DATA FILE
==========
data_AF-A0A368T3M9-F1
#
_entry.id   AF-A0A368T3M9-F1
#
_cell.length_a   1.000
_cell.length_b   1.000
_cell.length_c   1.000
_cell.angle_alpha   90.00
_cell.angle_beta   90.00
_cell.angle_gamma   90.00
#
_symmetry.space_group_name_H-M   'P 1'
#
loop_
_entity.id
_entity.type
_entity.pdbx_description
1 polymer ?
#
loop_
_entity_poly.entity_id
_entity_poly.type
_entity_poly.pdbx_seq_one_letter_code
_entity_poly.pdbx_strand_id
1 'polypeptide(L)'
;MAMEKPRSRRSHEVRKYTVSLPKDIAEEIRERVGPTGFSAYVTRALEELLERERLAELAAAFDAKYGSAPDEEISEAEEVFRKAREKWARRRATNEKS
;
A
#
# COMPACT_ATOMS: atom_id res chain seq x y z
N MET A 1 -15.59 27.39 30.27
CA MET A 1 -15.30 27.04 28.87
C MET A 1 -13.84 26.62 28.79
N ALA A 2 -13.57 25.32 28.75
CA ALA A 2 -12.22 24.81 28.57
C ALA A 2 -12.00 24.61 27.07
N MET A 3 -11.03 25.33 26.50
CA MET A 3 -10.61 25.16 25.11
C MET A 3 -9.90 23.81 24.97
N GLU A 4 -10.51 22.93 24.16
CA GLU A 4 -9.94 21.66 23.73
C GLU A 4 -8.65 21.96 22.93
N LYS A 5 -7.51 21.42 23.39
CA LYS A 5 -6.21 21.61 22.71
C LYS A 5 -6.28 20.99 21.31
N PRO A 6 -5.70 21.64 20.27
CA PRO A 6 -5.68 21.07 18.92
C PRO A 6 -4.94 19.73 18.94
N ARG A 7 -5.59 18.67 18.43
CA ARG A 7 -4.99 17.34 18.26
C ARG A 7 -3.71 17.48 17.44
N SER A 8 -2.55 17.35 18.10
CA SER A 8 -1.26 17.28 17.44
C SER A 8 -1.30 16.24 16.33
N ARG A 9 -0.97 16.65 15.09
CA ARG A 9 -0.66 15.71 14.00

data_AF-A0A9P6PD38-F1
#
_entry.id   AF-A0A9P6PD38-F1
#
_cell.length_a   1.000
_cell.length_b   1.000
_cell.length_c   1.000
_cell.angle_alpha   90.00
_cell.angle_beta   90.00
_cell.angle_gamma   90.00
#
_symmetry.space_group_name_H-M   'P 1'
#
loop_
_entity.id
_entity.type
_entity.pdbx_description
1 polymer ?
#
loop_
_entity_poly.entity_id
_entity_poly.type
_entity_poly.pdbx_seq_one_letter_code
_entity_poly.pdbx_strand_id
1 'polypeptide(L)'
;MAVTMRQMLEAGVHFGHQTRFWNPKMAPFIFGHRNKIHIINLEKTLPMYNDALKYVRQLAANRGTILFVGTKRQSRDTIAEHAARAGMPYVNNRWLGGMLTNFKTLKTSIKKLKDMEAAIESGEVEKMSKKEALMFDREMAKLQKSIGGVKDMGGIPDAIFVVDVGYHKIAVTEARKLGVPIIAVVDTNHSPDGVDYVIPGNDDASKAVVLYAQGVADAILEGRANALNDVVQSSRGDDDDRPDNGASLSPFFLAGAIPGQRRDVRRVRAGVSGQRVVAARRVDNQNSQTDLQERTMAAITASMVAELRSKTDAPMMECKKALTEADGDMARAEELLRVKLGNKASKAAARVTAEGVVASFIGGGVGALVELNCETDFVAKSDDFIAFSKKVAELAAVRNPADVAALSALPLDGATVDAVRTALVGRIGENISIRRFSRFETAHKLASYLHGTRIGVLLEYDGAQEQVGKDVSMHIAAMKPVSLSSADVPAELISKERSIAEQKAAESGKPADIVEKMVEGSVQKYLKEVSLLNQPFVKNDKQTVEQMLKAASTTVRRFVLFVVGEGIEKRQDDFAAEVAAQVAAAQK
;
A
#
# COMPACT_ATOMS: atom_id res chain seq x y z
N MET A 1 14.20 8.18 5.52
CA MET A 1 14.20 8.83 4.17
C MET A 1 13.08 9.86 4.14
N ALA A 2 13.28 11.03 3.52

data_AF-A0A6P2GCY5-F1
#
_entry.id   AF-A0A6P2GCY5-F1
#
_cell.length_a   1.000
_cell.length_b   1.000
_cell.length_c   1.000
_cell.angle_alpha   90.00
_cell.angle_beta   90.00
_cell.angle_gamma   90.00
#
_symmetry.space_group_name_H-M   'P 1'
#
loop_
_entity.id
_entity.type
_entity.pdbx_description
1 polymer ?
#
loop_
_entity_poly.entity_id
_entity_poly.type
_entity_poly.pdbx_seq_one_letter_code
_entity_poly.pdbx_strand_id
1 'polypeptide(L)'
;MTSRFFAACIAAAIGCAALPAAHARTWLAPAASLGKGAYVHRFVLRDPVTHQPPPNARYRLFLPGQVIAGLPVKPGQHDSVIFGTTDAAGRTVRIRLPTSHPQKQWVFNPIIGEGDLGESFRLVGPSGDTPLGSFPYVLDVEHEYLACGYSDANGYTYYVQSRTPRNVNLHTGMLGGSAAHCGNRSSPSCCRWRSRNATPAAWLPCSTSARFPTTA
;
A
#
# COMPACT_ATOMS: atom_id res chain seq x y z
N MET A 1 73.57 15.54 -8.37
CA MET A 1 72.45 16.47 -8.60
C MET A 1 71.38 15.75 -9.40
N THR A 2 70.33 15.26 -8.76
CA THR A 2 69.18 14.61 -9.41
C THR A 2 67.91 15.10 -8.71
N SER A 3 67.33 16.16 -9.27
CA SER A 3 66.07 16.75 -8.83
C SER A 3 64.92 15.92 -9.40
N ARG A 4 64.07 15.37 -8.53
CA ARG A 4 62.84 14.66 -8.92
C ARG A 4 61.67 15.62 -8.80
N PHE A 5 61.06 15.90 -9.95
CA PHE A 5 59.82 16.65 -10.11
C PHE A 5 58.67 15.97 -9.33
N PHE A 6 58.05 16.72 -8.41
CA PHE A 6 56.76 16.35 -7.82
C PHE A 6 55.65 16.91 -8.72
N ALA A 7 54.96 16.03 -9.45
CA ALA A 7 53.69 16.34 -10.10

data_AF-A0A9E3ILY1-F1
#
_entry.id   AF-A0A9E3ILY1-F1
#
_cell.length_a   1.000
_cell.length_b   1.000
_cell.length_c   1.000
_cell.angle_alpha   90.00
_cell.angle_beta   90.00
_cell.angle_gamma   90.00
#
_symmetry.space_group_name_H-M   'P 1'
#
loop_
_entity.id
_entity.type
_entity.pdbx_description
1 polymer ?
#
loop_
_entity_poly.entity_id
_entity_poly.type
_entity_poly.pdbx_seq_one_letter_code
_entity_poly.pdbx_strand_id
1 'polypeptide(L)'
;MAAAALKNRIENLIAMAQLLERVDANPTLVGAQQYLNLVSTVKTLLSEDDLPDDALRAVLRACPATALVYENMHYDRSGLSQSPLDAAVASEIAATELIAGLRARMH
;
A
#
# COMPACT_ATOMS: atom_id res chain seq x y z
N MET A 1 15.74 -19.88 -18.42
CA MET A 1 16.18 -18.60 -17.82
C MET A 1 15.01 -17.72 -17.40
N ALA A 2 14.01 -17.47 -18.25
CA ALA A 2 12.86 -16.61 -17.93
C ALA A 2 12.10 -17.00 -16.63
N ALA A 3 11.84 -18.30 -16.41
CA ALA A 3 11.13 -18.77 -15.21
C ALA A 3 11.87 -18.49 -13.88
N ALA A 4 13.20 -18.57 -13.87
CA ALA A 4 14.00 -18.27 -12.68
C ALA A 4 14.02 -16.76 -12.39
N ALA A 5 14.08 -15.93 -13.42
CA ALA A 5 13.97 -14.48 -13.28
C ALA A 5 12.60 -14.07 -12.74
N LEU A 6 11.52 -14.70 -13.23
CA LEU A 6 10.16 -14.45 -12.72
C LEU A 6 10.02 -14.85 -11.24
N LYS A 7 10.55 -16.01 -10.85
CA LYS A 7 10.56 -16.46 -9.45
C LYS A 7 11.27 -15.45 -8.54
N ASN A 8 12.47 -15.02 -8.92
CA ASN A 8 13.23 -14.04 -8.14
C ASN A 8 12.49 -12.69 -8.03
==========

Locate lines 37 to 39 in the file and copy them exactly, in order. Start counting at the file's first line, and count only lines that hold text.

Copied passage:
N MET A 3 -11.03 25.33 26.50
CA MET A 3 -10.61 25.16 25.11
C MET A 3 -9.90 23.81 24.97